Subject: WanderSouth 2 - Kingman, Arizona
Date: Wed, 20 Feb 2002 17:47:38 -0800
When a problem is not a problem ... or,
Some Lessons Need To Be Learned Again, And Again.
It was a perfect Monday morning for a ride. The dust storm that tore through Death Valley yesterday was gone. So too were most of the Airheads, since I slept late knowing it would be a short day. I took time packing and just before leaving decided to, um, 'dust off' the remains of the dust storm on the bike. All was ready and I felt good. Swing a leg over, turn the key, and - nothing.
Not a gauge moved, not a light shined, NOTHING.
But wait, now. Everything was fine Saturday night.
Let's try again. Off, reseat the key, on.
Ok, one lesson I learned long ago was always check
what you did (i.e. "fixed") last. My headlight burned out Saturday, and
Lou offered his spare which Greg helped install. Several hands had been
moving wires, maybe something got dislodged. Recheck, replug, try again.
Hmmm. The battery is not dead because the FuelPlus
still works. Looks like a major disconnect somewhere ... better push it
down to the gas station 1/4 mile away in case I need a charge (or thinking
the worst, a place to leave it).
As I was pushing out toward the highway, a rider came past and, seeing me, turned around to offer help. I told him what, and went to show him. Key on, and HEY! I got gauges! Woah, what's loose? Let's try a start. Push the button, and I get about 1/2 crank before it all shuts down again.
Now here is the Lesson To Be Learned Again. And I
must admit with chagrin - I am a motorcycle safety instructor, CMSP recognized
and MSF certified. What is the starting process for a bike? FINE-C: Fuel
(nope, injected), Ignition, Neutral, Engine cutoff switch. Oh, groan.
Back to Hard Learned Lesson #1: what was the LAST thing I "fixed" on the bike? I dusted the bike with a towel. It ever so slightly disengaged the kill switch - not enough to be obvious, but obviously enough. Sigh.
<All endorphins please return to the staging area. Panic is over.>
<Red corpuscles proceed to the facial cheeks. Embarrassment commencing.>
The ride to Pahrump was wonderfully uneventful, and
the feelings of starting cross country on a 'hinky' bike were left in the
valley. Someone at the campfire had said the name of this excuse for a
crossroad came from the sound a car makes when it goes over a cattle guard.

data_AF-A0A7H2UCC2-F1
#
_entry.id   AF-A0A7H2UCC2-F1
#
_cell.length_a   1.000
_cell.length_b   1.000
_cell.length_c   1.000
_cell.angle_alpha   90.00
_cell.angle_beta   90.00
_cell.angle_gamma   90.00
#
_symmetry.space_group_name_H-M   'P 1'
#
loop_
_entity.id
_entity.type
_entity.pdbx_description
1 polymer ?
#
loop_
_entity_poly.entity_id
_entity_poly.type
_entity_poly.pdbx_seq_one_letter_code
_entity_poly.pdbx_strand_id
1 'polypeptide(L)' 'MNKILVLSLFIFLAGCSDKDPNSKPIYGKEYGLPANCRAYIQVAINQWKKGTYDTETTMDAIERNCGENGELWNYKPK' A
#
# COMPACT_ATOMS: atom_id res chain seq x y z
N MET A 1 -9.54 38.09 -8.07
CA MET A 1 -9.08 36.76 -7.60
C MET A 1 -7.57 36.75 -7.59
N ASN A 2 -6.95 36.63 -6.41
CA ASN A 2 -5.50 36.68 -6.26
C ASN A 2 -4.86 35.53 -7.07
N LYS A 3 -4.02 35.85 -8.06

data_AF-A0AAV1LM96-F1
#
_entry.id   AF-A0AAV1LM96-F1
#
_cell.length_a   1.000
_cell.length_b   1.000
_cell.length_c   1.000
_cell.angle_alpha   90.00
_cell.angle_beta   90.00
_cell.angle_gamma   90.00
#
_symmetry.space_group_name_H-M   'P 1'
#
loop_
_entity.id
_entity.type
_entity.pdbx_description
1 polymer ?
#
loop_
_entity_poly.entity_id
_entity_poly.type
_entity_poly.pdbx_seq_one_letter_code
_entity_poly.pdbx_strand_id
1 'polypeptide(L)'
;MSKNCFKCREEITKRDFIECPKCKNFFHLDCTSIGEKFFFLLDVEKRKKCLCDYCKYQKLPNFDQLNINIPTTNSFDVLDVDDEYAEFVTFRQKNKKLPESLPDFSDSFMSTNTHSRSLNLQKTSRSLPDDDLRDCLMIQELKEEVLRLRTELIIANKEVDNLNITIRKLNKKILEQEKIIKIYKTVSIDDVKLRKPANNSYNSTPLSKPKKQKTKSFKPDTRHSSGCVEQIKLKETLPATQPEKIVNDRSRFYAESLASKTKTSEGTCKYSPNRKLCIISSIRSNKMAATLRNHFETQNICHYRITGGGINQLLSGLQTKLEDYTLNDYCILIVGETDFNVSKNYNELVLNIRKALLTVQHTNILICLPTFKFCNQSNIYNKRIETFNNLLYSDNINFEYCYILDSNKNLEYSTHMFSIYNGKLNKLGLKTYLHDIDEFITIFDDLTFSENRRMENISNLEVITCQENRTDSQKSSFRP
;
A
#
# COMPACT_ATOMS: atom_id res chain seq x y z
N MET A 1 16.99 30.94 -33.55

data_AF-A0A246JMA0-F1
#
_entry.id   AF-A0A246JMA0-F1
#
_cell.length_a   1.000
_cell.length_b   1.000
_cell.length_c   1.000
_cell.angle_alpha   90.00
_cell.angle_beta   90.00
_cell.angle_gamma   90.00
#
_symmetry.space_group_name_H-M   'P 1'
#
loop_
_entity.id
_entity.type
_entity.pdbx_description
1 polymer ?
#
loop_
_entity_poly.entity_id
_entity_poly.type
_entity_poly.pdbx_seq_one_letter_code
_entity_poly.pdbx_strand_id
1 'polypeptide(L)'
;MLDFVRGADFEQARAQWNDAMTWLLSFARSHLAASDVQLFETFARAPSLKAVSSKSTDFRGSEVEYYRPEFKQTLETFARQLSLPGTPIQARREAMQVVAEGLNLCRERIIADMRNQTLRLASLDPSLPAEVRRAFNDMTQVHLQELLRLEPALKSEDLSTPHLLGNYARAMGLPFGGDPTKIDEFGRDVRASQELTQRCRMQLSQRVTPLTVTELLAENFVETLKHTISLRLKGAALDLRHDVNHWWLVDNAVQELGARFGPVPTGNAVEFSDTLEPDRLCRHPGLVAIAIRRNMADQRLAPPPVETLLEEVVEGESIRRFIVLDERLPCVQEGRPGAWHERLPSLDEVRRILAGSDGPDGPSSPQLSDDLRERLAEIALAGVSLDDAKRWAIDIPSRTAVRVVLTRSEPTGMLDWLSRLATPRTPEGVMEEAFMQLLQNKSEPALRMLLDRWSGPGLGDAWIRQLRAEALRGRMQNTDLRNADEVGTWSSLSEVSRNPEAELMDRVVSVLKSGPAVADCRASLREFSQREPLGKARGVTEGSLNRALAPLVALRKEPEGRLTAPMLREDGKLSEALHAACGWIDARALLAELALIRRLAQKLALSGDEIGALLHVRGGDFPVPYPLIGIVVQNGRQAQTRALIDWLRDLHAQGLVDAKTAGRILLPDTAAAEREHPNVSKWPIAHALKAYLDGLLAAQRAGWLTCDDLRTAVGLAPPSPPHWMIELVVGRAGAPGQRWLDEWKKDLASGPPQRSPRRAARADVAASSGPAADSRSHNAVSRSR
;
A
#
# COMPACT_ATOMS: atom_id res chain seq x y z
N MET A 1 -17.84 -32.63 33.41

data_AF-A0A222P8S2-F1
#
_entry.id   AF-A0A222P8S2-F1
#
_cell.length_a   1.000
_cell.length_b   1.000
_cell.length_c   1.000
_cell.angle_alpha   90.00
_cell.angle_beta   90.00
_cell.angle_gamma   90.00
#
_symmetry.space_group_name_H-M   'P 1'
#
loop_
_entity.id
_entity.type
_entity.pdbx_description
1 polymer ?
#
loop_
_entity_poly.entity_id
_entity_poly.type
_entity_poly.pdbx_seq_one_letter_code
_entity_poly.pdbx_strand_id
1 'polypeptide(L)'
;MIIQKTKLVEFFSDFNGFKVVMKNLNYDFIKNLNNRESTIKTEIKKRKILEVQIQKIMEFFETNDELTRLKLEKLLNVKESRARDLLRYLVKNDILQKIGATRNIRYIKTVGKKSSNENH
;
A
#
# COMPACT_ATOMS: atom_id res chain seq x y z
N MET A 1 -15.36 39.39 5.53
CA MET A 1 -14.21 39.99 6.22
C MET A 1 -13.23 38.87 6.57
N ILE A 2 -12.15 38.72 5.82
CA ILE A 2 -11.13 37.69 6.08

Pah-Rump. 'Spose it could be.
It has been about 20 years since Rebecca and I first saw Pahrump. My how it has grown. When we drifted through those many years ago we saw new streets paved up into the hillsides as though a grand development was about to be built, and we wondered why would anyone think this place could expand so greatly. My how it has grown. Can you say "land swindle"?
After we drifted past Pahrump into Las Vegas 60 miles away, we happened upon a 'tourist services' booth where we were asked in rapid succession: Need a divorce? Want to get married? Want a free tank of gas? No, no, sure. Well, being adventurous (and having a 40 gallon tank in the van at the time), I bit. All we had to do was listen to a 'investment opportunity'. They packed 6 of us into a bus and took us to - you guessed it - Pah-Rump. The CalNeva company was selling lots which they didn't expect you to use, but hold and sell. It was wonderfully amusing. The CalNeva office is still there. My how it has grown. I saw exactly 10 houses built on the 50 or so 'new' streets that are now 20 years old.
I am beginning to get into the mindset of motorcycle travel again. Passing through Las Vegas on surface streets, I begin to absorb everything without concentrating on anything, to scan without staring. This process occasionally lets some strange images push through the veil of attention. Two building signs, one just feet above the other: UMC Quick Care for Women; Quick Lube. You can imagine for yourself how this 'pushed through the veil'.
Hoover Dam is one of those places that was already
being 'loved to death' by too many tourists, but now with terrorist security
changes, it is in the 'never be the same' category. There is a checkpoint
miles from the dam. No trucks or RVs are allowed over. Parking at the visitor
center costs $5, the used-to-be-free tour that went through the dam interior
now costs $10 and you get a packaged presentation to save you from the
tiring experience of actually walking. So I rode on. Nice rocks. Big puddle.
Moving down into Arizona, I rejoin the open desert. Here the stark terrain gives definition to the words skyline and shadow. The jagged crest of red rock ridge sears a trace line across an indigo sky. This crisp demarcation is what city skylines are purported to remind one of, but they pale in execution. And the valleys open so widely that the entire shadow can be seen of a cloud that itself covers a third of the sky. Cities could fit in that shadow. One thinks wide, if not deep, thoughts here.
The lure of the road pulls at me. I am out only 8 hours and I want to go longer ... but I force myself to stop for the night. This is supposed to be a relaxing trip and I'm going to relax even if I have to work at it! As Allen, the ex-pilot said, Plan the Flight - Fly the Plan. Oh well. As you have already seen, I have fallen off the pattern of Ride Write Sleep. These segments might not come every day.
Randumb observation for the day.
At the campfire one person was discoursing about an objectionable individual he knew. He was calling this person a "mouth breather" and a "bottom feeder". Standard insults, there. But as I was watching a hawk twist and turn in air currents to keep a steady position in its hunt for food, it occurred to me, in this sea of air we live in - WE all are the bottom feeders.
Furnace Creek CA190 Stateline NV160 NV159 I515 US93 Kingman
Sam Lepore, San Francisco